Since its foundation in São Paulo in 1983, Capoeira MarAzul has implemented social, educational and cultural programmes using Capoeira and can be found in London and Southampton in the UK, Lisbon, Portugal and Maputo, Mozambique.
At Notting Hill Carnival 2019, Mestre Joãozinho brought together over 20 berimbau players to create the first berimbau orchestra at Notting Hill Carnival. Fully integrated into the mass band and also performing separately, it was made up of members of many different capoeira groups including MarAzul, Grove Capoeira, Senzala Capoeira Nativos - London, Angoleiros do Interior, Escola de Capoeira - Belgium, Ginga Nagô - Nantes, France and Capoeira Muzenza.
Baque de Axé is a London based maracatu band which won third prize in the Brazilian Band category in the 2018 Notting Hill Carnival. Band leader Sam Alexander is the founder and director of the Tambores Livres project and has led Baque de Axé in many Notting Hill Carnivals.
At Notting Hill Carnival 2019, Baque de Axé formed the core of the maracatu section of the Tambores Livres procession. They were joined by members of Baque Luar - London, Baque de Ogum - Durham, Cruzeiro do Sul – Brighton, Baque Sol – Oxford and Nação do Maracatu Porto Rico – Recife, Brazil, represented by Thalita Faria Domingues and Bigato Pereira who directed the group for the whole day! The dance section was led by Jully Caxiado – Reading and included dancers from Baque de Ogum – Durham and from Atabak – Lille, France.
74 drummers and 11 dancers – 85 on the road!
Baque de Ogum was founded in 2017 and is based in County Durham. The band is affiliated to Nação Do Maracatu Porto Rico, with whom they have developed a successful ongoing partnership of cultural exchange between Brazil and the UK. Directed by the talented teenager, Sam Ward-Hardy, who studied and performed in Brazil with Nação do Maracatu Porto Rico and supported Bigato Pereira throughout the whole parade at Notting Hill Carnival 2019.
Baque Luar are a London-based collective of female vocalists and percussionists, united by their love of Brazilian and afro-Brazilian roots music.
At Notting Hill Carnival 2019, many of the group worked with Thalita Faria Domingues from Nação do Maracatu Porto Rico in the run up to carnival and on the parade. On the day Lizzie Ogle joined Aricia Mess and Aleh Ferreira singing the Tambores Livres carnival song, Grito pela Liberdade and with Lily May from Baque Luar sang her own composition Canto de Maré.
Tribo is an international non-profit cross-cultural drumming and dance music project. It has its origins in Bahia, Brazil, and runs regular Samba-Reggae sessions and drumming workshops in London and Zurich. Tribo is led by ex-Timbalada percussionist Marcos Santana and is based next to Grenfell Tower in Notting Hill. This space, the Maxilla Social club was the Tambores Livres base during carnival.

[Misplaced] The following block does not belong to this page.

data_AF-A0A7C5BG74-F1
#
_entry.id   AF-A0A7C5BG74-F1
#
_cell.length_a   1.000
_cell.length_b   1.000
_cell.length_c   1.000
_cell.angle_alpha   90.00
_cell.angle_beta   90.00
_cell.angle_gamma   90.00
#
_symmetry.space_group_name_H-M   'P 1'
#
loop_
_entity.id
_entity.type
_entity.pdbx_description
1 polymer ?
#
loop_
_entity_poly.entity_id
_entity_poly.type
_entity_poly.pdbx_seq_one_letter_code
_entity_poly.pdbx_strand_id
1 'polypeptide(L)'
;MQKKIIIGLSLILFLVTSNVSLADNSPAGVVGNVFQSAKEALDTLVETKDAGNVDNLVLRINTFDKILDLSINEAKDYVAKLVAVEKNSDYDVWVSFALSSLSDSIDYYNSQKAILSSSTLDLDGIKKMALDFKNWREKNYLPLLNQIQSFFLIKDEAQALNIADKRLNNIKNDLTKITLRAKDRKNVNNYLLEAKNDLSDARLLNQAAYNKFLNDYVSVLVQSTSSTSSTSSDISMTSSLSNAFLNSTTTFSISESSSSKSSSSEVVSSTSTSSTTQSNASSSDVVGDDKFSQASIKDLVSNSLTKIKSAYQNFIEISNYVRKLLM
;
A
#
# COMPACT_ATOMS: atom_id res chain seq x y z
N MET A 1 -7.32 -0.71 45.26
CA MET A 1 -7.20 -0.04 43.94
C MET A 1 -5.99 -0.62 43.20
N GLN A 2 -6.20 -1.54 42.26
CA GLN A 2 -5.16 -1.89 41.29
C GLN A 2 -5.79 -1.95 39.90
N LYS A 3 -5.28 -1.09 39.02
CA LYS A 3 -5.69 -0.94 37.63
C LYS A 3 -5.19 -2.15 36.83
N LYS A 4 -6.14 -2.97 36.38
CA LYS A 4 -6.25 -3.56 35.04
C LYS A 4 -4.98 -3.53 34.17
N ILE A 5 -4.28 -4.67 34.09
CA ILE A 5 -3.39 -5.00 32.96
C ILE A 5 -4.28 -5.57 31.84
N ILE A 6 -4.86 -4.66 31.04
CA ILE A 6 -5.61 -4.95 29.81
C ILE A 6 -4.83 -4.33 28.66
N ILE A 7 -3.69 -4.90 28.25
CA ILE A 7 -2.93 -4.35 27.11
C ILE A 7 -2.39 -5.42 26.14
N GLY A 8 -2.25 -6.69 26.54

During the carnival parade at NHC19, Marcos helped direct the 181 strong combined band and also when the formation of the procession changed, Marcos led Tribo and singer Aleh Fereira through full sets of serious Samba Reggae for the Notting Hill crowds! A major contributor to the project, Marcos and Tribo run workshops for those wanting to study percussion and dance
Selva is a collective of artists, producers and performers who work draws from Brazilian and Latin American traditions. Selva supports positive disruptive behaviour working mainly in processions and interventions in public and private spaces. The group has been active in London since 2015.
The leader of Selva, Manuela Benini was instrumental in bringing this project to the street. As creative director, she helped coordinate all visuals with the theme, ran a two-week 14 hour a day carnival camp in Greenwich, organised choreography for the dancers and developed our awareness of many issues. The camp brought together activists, musicians, artists and dancers and this created dialogue and understanding between very different people and perspectives. Selva also produced street theatre and a special section of participants called the Selva Bloco who moved around during the procession
The group Nação do Maracatu Porto Rico, which is the partner group of Baque de Axé and Baque de Ogum, has a long history of resistance, change and development, and periods of near disappearance, until reaching its current position as one of the most successful Maracatu bands in Recife.
It was first officially registered as a carnival band in 1916 in the city of Palmarinha in Palmares, Pernambuco. Palmares is an old Quilombo (Maroon) community and a deep source of Afro-Brazilian culture and traditions.
Nação do Maracatu Porto Rico is a carnival and cultural group from Recife, Brazil, and has been represented by leader Mestre Chacon, who visited London in the run up to carnival to deliver workshops with maracatu players in the UK, and to compose the song for NHC19, Grito pela Liberdade.
Two of the Nação’s percussionists and teachers — Bigato Pereira and Thalita de Faria Domingues — spent time in London and Durham working with and performing with Baque de Axé and Baque de Ogum and paraded with Tambores Livres, representing the Nacao do Maracatu Porto Rico on the day of carnival.